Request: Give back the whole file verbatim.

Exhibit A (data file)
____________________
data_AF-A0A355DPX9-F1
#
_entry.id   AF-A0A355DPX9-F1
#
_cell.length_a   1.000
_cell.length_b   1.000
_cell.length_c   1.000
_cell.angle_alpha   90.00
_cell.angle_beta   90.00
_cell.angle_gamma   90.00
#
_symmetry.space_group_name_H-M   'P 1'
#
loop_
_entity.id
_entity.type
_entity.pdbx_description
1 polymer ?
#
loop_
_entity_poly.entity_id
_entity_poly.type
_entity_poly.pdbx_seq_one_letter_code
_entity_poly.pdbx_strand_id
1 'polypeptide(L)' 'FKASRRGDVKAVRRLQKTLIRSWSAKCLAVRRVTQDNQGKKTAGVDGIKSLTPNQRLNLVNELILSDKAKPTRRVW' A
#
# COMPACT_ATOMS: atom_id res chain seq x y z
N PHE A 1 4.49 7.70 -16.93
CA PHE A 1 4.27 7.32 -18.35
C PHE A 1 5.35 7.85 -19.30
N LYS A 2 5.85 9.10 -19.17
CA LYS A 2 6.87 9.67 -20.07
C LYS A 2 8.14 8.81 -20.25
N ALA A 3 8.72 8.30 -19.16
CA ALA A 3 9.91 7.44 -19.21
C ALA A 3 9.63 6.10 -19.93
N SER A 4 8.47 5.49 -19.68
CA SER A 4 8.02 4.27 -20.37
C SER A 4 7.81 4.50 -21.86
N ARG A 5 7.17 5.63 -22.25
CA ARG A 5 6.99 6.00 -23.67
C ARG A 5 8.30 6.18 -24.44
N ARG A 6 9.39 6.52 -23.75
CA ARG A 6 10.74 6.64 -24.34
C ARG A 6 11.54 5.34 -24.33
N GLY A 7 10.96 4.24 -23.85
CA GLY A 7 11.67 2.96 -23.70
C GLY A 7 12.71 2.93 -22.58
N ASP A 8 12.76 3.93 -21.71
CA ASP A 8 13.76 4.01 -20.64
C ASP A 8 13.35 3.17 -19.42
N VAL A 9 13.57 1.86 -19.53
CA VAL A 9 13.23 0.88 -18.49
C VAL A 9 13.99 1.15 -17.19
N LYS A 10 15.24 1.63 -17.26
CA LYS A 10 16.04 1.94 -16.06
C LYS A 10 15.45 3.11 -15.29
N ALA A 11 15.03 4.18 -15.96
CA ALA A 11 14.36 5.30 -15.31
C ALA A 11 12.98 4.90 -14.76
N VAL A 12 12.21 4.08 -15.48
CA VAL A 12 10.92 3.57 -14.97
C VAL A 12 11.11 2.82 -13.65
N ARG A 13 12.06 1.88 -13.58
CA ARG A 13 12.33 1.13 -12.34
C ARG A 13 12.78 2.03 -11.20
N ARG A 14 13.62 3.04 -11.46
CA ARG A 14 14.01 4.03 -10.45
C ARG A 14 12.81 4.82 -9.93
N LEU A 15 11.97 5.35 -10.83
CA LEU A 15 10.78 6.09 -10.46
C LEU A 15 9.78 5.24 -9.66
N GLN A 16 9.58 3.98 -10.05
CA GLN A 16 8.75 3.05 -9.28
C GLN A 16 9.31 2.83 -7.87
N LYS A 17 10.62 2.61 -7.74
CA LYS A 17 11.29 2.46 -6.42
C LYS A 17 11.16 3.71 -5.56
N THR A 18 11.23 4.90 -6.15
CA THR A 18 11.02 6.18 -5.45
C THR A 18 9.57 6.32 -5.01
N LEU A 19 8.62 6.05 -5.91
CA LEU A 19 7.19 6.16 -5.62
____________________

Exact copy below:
data_AF-A0A355DPX9-F1
#
_entry.id   AF-A0A355DPX9-F1
#
_cell.length_a   1.000
_cell.length_b   1.000
_cell.length_c   1.000
_cell.angle_alpha   90.00
_cell.angle_beta   90.00
_cell.angle_gamma   90.00
#
_symmetry.space_group_name_H-M   'P 1'
#
loop_
_entity.id
_entity.type
_entity.pdbx_description
1 polymer ?
#
loop_
_entity_poly.entity_id
_entity_poly.type
_entity_poly.pdbx_seq_one_letter_code
_entity_poly.pdbx_strand_id
1 'polypeptide(L)' 'FKASRRGDVKAVRRLQKTLIRSWSAKCLAVRRVTQDNQGKKTAGVDGIKSLTPNQRLNLVNELILSDKAKPTRRVW' A
#
# COMPACT_ATOMS: atom_id res chain seq x y z
N PHE A 1 4.49 7.70 -16.93
CA PHE A 1 4.27 7.32 -18.35
C PHE A 1 5.35 7.85 -19.30
N LYS A 2 5.85 9.10 -19.17
CA LYS A 2 6.87 9.67 -20.07
C LYS A 2 8.14 8.81 -20.25
N ALA A 3 8.72 8.30 -19.16
CA ALA A 3 9.91 7.44 -19.21
C ALA A 3 9.63 6.10 -19.93
N SER A 4 8.47 5.49 -19.68
CA SER A 4 8.02 4.27 -20.37
C SER A 4 7.81 4.50 -21.86
N ARG A 5 7.17 5.63 -22.25
CA ARG A 5 6.99 6.00 -23.67
C ARG A 5 8.30 6.18 -24.44
N ARG A 6 9.39 6.52 -23.75
CA ARG A 6 10.74 6.64 -24.34
C ARG A 6 11.54 5.34 -24.33
N GLY A 7 10.96 4.24 -23.85
CA GLY A 7 11.67 2.96 -23.70
C GLY A 7 12.71 2.93 -22.58
N ASP A 8 12.76 3.93 -21.71
CA ASP A 8 13.76 4.01 -20.64
C ASP A 8 13.35 3.17 -19.42
N VAL A 9 13.57 1.86 -19.53
CA VAL A 9 13.23 0.88 -18.49
C VAL A 9 13.99 1.15 -17.19
N LYS A 10 15.24 1.63 -17.26
CA LYS A 10 16.04 1.94 -16.06
C LYS A 10 15.45 3.11 -15.29
N ALA A 11 15.03 4.18 -15.96
CA ALA A 11 14.36 5.30 -15.31
C ALA A 11 12.98 4.90 -14.76
N VAL A 12 12.21 4.08 -15.48
CA VAL A 12 10.92 3.57 -14.97
C VAL A 12 11.11 2.82 -13.65
N ARG A 13 12.06 1.88 -13.58
CA ARG A 13 12.33 1.13 -12.34
C ARG A 13 12.78 2.03 -11.20
N ARG A 14 13.62 3.04 -11.46
CA ARG A 14 14.01 4.03 -10.45
C ARG A 14 12.81 4.82 -9.93
N LEU A 15 11.97 5.35 -10.83
CA LEU A 15 10.78 6.09 -10.46
C LEU A 15 9.78 5.24 -9.66
N GLN A 16 9.58 3.98 -10.05
CA GLN A 16 8.75 3.05 -9.28
C GLN A 16 9.31 2.83 -7.87
N LYS A 17 10.62 2.61 -7.74
CA LYS A 17 11.29 2.46 -6.42
C LYS A 17 11.16 3.71 -5.56
N THR A 18 11.23 4.90 -6.15
CA THR A 18 11.02 6.18 -5.45
C THR A 18 9.57 6.32 -5.01
N LEU A 19 8.62 6.05 -5.91
CA LEU A 19 7.19 6.16 -5.62